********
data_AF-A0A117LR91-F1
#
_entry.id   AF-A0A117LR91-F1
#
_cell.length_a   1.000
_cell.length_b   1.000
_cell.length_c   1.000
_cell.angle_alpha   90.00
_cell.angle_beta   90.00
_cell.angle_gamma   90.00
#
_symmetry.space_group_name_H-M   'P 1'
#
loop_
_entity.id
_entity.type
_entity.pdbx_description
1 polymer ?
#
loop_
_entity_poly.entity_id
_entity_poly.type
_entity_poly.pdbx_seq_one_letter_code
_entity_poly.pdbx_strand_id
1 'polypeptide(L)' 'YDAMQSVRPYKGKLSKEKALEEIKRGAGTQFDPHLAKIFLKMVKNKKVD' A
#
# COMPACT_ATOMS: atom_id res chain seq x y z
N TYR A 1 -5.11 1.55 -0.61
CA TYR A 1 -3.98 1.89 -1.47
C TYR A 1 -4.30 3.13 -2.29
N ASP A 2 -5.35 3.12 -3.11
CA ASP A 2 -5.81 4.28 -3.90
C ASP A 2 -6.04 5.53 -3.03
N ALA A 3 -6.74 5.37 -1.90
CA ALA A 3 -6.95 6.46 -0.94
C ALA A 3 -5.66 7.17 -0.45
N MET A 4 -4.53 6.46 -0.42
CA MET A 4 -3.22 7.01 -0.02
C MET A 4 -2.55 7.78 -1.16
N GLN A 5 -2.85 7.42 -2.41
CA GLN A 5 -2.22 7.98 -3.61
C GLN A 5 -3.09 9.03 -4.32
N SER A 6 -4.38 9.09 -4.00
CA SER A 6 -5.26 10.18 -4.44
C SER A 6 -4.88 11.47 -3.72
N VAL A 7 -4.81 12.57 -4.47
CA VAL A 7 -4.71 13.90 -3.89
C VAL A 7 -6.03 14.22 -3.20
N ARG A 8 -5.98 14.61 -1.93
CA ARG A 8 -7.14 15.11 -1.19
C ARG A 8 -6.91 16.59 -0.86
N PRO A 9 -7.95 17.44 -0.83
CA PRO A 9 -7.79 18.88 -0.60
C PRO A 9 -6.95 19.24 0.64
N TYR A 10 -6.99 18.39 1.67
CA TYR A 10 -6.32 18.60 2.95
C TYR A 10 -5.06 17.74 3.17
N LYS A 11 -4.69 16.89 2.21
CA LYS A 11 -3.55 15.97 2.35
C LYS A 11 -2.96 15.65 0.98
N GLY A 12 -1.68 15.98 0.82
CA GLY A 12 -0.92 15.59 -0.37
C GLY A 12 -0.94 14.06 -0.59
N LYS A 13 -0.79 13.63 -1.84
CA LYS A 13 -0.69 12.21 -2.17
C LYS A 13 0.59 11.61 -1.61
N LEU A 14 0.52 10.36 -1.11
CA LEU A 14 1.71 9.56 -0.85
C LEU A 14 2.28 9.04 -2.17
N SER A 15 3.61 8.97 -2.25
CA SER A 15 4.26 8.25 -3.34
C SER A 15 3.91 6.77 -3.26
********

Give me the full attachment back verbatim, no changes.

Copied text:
data_AF-A0A117LR91-F1
#
_entry.id   AF-A0A117LR91-F1
#
_cell.length_a   1.000
_cell.length_b   1.000
_cell.length_c   1.000
_cell.angle_alpha   90.00
_cell.angle_beta   90.00
_cell.angle_gamma   90.00
#
_symmetry.space_group_name_H-M   'P 1'
#
loop_
_entity.id
_entity.type
_entity.pdbx_description
1 polymer ?
#
loop_
_entity_poly.entity_id
_entity_poly.type
_entity_poly.pdbx_seq_one_letter_code
_entity_poly.pdbx_strand_id
1 'polypeptide(L)' 'YDAMQSVRPYKGKLSKEKALEEIKRGAGTQFDPHLAKIFLKMVKNKKVD' A
#
# COMPACT_ATOMS: atom_id res chain seq x y z
N TYR A 1 -5.11 1.55 -0.61
CA TYR A 1 -3.98 1.89 -1.47
C TYR A 1 -4.30 3.13 -2.29
N ASP A 2 -5.35 3.12 -3.11
CA ASP A 2 -5.81 4.28 -3.90
C ASP A 2 -6.04 5.53 -3.03
N ALA A 3 -6.74 5.37 -1.90
CA ALA A 3 -6.95 6.46 -0.94
C ALA A 3 -5.66 7.17 -0.45
N MET A 4 -4.53 6.46 -0.42
CA MET A 4 -3.22 7.01 -0.02
C MET A 4 -2.55 7.78 -1.16
N GLN A 5 -2.85 7.42 -2.41
CA GLN A 5 -2.22 7.98 -3.61
C GLN A 5 -3.09 9.03 -4.32
N SER A 6 -4.38 9.09 -4.00
CA SER A 6 -5.26 10.18 -4.44
C SER A 6 -4.88 11.47 -3.72
N VAL A 7 -4.81 12.57 -4.47
CA VAL A 7 -4.71 13.90 -3.89
C VAL A 7 -6.03 14.22 -3.20
N ARG A 8 -5.98 14.61 -1.93
CA ARG A 8 -7.14 15.11 -1.19
C ARG A 8 -6.91 16.59 -0.86
N PRO A 9 -7.95 17.44 -0.83
CA PRO A 9 -7.79 18.88 -0.60
C PRO A 9 -6.95 19.24 0.64
N TYR A 10 -6.99 18.39 1.67
CA TYR A 10 -6.32 18.60 2.95
C TYR A 10 -5.06 17.74 3.17
N LYS A 11 -4.69 16.89 2.21
CA LYS A 11 -3.55 15.97 2.35
C LYS A 11 -2.96 15.65 0.98
N GLY A 12 -1.68 15.98 0.82
CA GLY A 12 -0.92 15.59 -0.37
C GLY A 12 -0.94 14.06 -0.59
N LYS A 13 -0.79 13.63 -1.84
CA LYS A 13 -0.69 12.21 -2.17
C LYS A 13 0.59 11.61 -1.61
N LEU A 14 0.52 10.36 -1.11
CA LEU A 14 1.71 9.56 -0.85
C LEU A 14 2.28 9.04 -2.17
N SER A 15 3.61 8.97 -2.25
CA SER A 15 4.26 8.25 -3.34
C SER A 15 3.91 6.77 -3.26